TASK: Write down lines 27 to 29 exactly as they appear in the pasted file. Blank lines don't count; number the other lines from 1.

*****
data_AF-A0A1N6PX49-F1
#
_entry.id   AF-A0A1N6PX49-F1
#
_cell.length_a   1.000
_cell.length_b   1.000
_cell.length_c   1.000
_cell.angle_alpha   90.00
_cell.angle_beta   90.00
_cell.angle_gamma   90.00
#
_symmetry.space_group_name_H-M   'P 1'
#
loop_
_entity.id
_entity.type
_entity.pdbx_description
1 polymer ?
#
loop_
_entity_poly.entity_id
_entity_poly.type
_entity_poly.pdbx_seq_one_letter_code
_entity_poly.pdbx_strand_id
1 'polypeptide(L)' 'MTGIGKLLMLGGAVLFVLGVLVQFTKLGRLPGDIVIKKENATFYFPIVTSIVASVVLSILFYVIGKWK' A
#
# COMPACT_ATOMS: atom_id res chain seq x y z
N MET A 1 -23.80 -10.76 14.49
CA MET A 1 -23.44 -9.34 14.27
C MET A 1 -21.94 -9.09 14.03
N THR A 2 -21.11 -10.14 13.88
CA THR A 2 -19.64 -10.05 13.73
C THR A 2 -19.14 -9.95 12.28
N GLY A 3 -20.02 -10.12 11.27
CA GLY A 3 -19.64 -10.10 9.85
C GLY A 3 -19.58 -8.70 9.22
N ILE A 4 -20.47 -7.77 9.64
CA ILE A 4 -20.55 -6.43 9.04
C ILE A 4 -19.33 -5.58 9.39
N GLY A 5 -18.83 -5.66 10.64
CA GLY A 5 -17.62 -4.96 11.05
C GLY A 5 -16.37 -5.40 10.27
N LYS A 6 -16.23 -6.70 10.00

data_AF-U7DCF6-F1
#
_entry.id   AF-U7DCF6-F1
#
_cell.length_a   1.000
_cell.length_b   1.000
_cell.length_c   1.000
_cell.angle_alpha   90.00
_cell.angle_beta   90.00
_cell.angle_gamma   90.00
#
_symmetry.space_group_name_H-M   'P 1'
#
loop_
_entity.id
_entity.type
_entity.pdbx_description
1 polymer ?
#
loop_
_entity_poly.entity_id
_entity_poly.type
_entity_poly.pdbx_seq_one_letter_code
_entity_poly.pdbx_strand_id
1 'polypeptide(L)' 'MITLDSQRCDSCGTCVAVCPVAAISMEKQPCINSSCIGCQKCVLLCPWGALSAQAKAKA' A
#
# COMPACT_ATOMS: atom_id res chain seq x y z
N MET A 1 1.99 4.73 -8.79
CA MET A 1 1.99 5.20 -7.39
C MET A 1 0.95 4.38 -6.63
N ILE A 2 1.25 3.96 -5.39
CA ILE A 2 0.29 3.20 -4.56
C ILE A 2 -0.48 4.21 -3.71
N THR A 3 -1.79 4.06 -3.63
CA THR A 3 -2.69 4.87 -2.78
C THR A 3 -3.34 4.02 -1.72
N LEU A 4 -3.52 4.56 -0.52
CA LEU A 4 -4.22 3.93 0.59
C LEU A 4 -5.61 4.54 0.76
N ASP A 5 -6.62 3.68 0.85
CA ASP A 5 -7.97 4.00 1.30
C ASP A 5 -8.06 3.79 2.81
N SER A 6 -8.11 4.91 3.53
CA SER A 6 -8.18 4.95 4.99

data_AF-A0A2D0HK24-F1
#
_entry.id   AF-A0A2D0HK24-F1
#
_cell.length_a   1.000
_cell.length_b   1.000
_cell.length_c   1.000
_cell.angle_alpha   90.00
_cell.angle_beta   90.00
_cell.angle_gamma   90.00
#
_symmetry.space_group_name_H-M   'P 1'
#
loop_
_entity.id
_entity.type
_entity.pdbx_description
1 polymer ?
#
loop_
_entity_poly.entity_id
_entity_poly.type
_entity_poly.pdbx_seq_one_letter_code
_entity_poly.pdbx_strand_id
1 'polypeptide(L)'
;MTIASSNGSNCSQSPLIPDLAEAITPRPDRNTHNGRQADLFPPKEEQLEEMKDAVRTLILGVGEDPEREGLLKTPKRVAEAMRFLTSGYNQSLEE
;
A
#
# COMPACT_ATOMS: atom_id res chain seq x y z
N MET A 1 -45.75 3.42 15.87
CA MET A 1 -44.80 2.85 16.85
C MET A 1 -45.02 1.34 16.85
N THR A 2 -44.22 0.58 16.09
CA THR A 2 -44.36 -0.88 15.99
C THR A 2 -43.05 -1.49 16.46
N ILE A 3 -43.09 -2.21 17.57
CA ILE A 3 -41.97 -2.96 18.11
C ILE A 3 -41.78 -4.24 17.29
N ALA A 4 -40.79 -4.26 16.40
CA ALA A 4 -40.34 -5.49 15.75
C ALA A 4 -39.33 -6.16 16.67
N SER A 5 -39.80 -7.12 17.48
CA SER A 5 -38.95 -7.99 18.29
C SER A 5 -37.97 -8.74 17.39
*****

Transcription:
# COMPACT_ATOMS: atom_id res chain seq x y z
N MET A 1 -23.80 -10.76 14.49
CA MET A 1 -23.44 -9.34 14.27